Unpublished letter to San Francisco Chronicle
about Cesar Chavez photographs and art neutrality

Ms. Yollin-

Thanks for the great article about the important exhibition of Cathy Murphy's photos at San Francisco State ["Struggles for power preserved in pictures," San Francisco Chronicle, May 20, 2013]. As a scholar of social justice posters, I know that many of these photos were the image seed for powerful labor art within the movement. But they have also been used for forces less concerned with progressive change. In 1993 Apple Computer released a series of "Think Different" posters featuring iconic iconoclasts, Cesar Chavez among them (image below).* That prompted Mary Bergan, then President of the California Federation of Teachers, to issue a three page condemnation. She reamed the campaign for twisting Chavez' message for corporate greed:

So it turns out that “think different” really means “don’t think.” Last week the Associated Press reported that Apple CEO Steven Jobs told an educational reform conference, “I believe that what is wrong with our schools in this nation is that they have become unionized in the worst possible way. This unionization and lifetime employment of K-12 teachers is off-the-charts crazy.” ...The ad, of course, doesn’t endorse unions. It simply appropriates the image of a Chicano hero in a state with a growing Chicano population and, presumably, potential market for Apple products. Indeed, in the 1990s Steve Jobs and Apple notoriously resisted granting union recognition to its largely Latino, low paid, contracted out Silicon Valley janitorial workforce until the Justice for Janitors union campaign embarrassed the corporation sufficiently to bring Jobs and his company around.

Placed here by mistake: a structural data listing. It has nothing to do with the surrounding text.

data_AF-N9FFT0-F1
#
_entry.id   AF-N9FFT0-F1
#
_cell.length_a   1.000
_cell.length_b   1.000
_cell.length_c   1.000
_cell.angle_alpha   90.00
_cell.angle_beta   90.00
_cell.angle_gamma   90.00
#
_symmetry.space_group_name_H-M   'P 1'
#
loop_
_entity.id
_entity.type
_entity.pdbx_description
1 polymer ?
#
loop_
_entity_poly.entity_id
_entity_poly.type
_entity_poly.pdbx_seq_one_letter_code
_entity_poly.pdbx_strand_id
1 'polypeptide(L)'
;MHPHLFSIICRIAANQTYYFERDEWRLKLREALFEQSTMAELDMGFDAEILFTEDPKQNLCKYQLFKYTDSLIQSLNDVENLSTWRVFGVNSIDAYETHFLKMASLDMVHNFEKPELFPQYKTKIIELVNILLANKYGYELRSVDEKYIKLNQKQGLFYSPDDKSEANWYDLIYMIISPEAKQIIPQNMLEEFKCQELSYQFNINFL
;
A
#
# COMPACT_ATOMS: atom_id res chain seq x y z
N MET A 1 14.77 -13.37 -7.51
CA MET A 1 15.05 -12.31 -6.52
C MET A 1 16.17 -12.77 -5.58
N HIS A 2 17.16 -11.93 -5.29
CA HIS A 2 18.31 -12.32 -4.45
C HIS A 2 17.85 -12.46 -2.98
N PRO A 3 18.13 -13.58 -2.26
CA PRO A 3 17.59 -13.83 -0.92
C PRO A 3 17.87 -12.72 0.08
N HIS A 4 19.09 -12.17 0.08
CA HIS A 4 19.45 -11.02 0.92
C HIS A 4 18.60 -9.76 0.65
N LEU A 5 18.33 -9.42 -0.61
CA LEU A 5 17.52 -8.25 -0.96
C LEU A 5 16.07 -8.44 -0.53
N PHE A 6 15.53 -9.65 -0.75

I don't know if Cathy took this photograph** (it's very similar to the one in your review) but no art is neutral, and relies on social forces to make it work. Struggles for power are, indeed, preserved in pictures - and archives. Thank you Cathy Murphy, and thank you Labor Archives and Research Center.

Lincoln Cushing

*Apple did secure the rights to the image from the estate of Cesar Chavez, fee unknown.
**Based on subsequent correspondence she did not.